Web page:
INDIANOLA, Iowa -- Democratic presidential candidate Senator Elizabeth Warren responded to critics Sunday by announcing that she will soon outline her plan for financing her "Medicare for All" health care plan.
The Massachusetts senator is well known for her catchphrase, "I have a plan for that," but fellow opponents have criticized her in recent weeks for not specifically laying out how she will fund the plan. South Bend, Indiana, Mayor Pete Buttigieg even called her "evasive," both on the trail and on the debate stage last Tuesday. Under Warren's plan, the federal government would be in charge of health care and virtually eliminate private insurance.
"I plan to, over the next few weeks, put out a plan that talks specifically about the cost of 'Medicare for All' and specifically how we pay for it," Warren said at a rally at Simpson College.
The senator pointed out that her health care system would not raise costs for the middle class, which was a question raised by other candidates on the debate stage.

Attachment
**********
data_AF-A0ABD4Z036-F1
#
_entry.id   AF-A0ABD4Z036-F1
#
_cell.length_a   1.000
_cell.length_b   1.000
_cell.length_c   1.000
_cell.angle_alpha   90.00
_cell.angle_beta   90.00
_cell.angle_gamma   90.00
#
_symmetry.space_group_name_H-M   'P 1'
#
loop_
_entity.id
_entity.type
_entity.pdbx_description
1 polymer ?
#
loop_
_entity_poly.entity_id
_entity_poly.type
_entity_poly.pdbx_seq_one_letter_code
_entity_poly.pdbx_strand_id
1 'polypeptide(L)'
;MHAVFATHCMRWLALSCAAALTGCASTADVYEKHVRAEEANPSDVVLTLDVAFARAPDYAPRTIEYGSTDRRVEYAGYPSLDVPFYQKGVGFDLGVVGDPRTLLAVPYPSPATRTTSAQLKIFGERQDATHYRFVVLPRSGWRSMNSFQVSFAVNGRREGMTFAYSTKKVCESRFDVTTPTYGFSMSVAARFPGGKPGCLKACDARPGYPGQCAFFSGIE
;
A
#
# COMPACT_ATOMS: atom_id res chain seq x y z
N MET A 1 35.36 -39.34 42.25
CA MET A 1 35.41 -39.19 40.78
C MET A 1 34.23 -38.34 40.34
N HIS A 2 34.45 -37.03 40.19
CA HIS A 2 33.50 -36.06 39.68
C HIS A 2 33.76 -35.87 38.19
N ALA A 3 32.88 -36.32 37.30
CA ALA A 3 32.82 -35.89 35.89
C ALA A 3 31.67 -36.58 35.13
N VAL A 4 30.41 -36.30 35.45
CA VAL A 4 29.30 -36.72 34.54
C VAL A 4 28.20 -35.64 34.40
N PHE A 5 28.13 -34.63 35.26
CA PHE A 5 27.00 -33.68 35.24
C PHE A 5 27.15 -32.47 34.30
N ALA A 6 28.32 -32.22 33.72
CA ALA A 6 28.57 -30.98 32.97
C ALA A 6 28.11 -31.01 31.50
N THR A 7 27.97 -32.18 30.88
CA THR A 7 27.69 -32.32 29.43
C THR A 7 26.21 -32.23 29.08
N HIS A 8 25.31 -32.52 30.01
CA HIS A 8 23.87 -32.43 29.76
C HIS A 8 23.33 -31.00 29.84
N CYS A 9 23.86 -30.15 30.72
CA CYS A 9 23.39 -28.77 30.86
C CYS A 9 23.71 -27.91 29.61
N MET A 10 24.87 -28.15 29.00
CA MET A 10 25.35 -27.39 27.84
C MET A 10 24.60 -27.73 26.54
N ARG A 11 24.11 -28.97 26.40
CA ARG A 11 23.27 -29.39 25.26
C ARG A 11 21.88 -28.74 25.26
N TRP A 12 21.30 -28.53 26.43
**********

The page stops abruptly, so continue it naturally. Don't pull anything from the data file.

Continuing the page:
"It is the cost of health care that is hurting families," Warren said.
It is worth noting that no one in the audience asked her about health care during the Q&A portion, but she made a point to bring it up herself. Her speech stuck to traditional crowd pleasers for the senator; her lines ranging from fighting corruption in Washington, D.C. to her proposed 2 percent levy on those with fortunes greater than $50 million.
"Pitch in two cents so everyone else gets a chance," Warren said.
For the students in the crowd, her policy plans on reducing college debt are appealing.
Jordan Baldwin, a student at Simpson College, said if she were to eliminate college debt, he could focus on school more and pursue a career he is passionate about, rather than what will pay the bills.
"As a student, I'm going to be straddled with debt once I graduate, so if there's an idea of hers that can help fix that and help pay off my debt, that would be amazing and I can jump-start my life," he said.
Baldwin also said he wants to see a candidate who can dominate President Donald Trump on the debate stage, which he thinks Warren is capable of doing.
"She has a plethora of knowledge. She would go up against Trump well," he said. "If Trump tries to say something false or not true, she can just call him out."
With a current lead in the polls, she very well could go up against the president after the primaries. She did not name him during her rally, but we can guess she'd say she has a plan for that, too.